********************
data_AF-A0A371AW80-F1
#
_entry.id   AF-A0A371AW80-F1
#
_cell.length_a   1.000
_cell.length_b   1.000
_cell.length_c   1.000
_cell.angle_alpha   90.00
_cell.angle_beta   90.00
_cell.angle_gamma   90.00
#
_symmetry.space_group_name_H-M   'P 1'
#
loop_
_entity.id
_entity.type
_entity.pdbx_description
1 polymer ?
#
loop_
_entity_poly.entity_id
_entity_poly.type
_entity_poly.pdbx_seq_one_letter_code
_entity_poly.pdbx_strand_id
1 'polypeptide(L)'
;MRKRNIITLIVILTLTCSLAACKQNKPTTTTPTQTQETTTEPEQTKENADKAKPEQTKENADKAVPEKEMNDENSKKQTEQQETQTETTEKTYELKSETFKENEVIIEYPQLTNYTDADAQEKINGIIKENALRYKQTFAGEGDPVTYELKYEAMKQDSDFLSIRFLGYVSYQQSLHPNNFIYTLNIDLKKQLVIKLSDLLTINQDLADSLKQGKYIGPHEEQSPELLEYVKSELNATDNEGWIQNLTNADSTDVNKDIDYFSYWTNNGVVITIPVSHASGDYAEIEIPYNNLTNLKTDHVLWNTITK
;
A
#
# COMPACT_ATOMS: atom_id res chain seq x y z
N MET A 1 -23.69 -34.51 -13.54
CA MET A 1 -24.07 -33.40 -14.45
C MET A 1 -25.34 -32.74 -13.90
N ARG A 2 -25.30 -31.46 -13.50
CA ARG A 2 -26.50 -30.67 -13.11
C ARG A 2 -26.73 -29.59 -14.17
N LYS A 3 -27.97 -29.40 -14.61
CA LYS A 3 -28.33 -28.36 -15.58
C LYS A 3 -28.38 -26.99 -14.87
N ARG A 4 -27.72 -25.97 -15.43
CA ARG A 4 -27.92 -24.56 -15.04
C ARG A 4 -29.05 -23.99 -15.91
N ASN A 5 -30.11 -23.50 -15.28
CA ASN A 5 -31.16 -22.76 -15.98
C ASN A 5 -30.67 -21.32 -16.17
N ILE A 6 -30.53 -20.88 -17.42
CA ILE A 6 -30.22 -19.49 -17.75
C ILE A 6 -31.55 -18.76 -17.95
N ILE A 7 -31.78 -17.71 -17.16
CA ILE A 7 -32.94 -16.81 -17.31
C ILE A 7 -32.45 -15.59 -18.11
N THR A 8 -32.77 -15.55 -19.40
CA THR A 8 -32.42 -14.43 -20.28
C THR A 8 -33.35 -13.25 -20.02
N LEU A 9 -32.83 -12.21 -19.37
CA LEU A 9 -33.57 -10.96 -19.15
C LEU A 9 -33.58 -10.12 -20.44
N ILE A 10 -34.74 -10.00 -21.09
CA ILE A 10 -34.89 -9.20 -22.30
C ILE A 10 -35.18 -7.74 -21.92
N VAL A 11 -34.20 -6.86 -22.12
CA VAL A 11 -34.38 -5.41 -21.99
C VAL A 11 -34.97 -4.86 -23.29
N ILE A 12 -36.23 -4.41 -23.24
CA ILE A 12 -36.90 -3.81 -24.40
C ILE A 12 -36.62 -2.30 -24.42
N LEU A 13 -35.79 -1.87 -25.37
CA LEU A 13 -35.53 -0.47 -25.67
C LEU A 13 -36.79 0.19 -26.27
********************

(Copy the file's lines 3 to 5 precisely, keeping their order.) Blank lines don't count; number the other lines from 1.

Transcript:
_entry.id   AF-A0A371AW80-F1
#
_cell.length_a   1.000